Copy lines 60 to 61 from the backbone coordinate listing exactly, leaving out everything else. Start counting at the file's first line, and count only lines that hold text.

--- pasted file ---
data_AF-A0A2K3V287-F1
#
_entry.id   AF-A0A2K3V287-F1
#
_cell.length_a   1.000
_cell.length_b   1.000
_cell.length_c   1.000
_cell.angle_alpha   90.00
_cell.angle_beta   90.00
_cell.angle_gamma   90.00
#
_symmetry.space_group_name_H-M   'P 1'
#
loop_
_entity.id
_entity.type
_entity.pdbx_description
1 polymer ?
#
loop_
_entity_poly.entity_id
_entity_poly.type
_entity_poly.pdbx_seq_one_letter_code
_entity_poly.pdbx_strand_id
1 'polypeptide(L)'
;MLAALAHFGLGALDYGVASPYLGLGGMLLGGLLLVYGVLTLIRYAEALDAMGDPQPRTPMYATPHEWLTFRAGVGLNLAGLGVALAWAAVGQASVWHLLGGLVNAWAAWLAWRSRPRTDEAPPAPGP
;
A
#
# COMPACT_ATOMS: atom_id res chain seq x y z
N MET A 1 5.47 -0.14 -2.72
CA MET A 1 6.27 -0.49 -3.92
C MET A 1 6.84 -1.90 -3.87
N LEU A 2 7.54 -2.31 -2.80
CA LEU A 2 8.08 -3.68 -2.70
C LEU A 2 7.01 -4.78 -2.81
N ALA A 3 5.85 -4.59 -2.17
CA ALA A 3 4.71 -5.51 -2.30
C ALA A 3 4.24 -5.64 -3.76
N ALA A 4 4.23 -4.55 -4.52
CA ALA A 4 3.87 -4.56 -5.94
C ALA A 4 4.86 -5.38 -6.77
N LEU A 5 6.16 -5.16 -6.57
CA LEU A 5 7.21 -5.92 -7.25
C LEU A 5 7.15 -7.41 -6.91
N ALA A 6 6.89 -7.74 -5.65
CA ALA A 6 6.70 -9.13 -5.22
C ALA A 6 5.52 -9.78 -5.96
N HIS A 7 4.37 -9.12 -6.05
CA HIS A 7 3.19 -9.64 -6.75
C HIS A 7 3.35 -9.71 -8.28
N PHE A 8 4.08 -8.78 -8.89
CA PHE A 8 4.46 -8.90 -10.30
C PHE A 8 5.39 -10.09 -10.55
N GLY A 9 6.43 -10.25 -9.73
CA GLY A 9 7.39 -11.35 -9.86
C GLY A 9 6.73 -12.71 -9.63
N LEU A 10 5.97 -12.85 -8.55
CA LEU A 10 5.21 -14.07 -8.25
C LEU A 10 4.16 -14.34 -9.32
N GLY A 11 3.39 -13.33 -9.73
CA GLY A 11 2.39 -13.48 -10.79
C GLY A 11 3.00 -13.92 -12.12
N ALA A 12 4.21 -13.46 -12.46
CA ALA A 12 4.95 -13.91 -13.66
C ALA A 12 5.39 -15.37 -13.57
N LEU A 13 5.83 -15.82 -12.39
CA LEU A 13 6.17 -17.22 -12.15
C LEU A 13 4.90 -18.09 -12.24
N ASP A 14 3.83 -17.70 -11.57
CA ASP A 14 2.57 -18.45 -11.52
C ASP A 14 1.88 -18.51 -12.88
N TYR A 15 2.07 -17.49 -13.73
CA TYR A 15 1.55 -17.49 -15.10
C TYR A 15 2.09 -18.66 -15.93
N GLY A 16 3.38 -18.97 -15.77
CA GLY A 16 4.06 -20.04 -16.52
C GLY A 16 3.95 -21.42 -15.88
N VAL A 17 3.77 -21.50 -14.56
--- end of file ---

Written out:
C LEU A 10 4.16 -14.34 -9.32
N GLY A 11 3.39 -13.33 -9.73